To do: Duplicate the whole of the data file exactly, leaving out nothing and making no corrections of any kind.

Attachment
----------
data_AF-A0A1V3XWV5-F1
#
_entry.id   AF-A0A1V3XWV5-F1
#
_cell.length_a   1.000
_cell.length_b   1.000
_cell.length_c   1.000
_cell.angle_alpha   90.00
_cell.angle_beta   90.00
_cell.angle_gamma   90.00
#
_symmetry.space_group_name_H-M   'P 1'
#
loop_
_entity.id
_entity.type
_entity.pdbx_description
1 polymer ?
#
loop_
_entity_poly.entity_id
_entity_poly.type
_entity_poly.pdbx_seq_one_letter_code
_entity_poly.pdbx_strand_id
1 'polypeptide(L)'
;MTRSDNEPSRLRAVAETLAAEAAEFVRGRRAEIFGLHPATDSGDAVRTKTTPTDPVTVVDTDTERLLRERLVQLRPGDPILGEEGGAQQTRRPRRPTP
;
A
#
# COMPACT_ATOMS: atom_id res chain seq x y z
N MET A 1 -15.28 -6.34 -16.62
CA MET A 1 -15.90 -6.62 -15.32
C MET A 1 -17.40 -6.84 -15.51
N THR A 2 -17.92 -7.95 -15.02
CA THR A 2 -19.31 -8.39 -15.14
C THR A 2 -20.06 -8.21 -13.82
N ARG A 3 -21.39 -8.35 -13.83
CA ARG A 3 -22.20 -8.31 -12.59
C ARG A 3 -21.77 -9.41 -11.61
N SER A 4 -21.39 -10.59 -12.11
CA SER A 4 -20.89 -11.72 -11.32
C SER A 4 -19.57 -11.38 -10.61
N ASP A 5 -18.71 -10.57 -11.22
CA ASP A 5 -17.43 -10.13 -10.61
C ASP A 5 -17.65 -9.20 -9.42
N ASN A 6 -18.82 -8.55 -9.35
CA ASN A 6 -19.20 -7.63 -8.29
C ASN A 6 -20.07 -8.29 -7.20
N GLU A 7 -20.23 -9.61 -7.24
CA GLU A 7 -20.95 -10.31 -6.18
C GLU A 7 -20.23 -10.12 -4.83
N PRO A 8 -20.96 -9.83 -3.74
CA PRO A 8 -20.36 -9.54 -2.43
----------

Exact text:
data_AF-A0A1V3XWV5-F1
#
_entry.id   AF-A0A1V3XWV5-F1
#
_cell.length_a   1.000
_cell.length_b   1.000
_cell.length_c   1.000
_cell.angle_alpha   90.00
_cell.angle_beta   90.00
_cell.angle_gamma   90.00
#
_symmetry.space_group_name_H-M   'P 1'
#
loop_
_entity.id
_entity.type
_entity.pdbx_description
1 polymer ?
#
loop_
_entity_poly.entity_id
_entity_poly.type
_entity_poly.pdbx_seq_one_letter_code
_entity_poly.pdbx_strand_id
1 'polypeptide(L)'
;MTRSDNEPSRLRAVAETLAAEAAEFVRGRRAEIFGLHPATDSGDAVRTKTTPTDPVTVVDTDTERLLRERLVQLRPGDPILGEEGGAQQTRRPRRPTP
;
A
#
# COMPACT_ATOMS: atom_id res chain seq x y z
N MET A 1 -15.28 -6.34 -16.62
CA MET A 1 -15.90 -6.62 -15.32
C MET A 1 -17.40 -6.84 -15.51
N THR A 2 -17.92 -7.95 -15.02
CA THR A 2 -19.31 -8.39 -15.14
C THR A 2 -20.06 -8.21 -13.82
N ARG A 3 -21.39 -8.35 -13.83
CA ARG A 3 -22.20 -8.31 -12.59
C ARG A 3 -21.77 -9.41 -11.61
N SER A 4 -21.39 -10.59 -12.11
CA SER A 4 -20.89 -11.72 -11.32
C SER A 4 -19.57 -11.38 -10.61
N ASP A 5 -18.71 -10.57 -11.22
CA ASP A 5 -17.43 -10.13 -10.61
C ASP A 5 -17.65 -9.20 -9.42
N ASN A 6 -18.82 -8.55 -9.35
CA ASN A 6 -19.20 -7.63 -8.29
C ASN A 6 -20.07 -8.29 -7.20
N GLU A 7 -20.23 -9.61 -7.24
CA GLU A 7 -20.95 -10.31 -6.18
C GLU A 7 -20.23 -10.12 -4.83
N PRO A 8 -20.96 -9.83 -3.74
CA PRO A 8 -20.36 -9.54 -2.43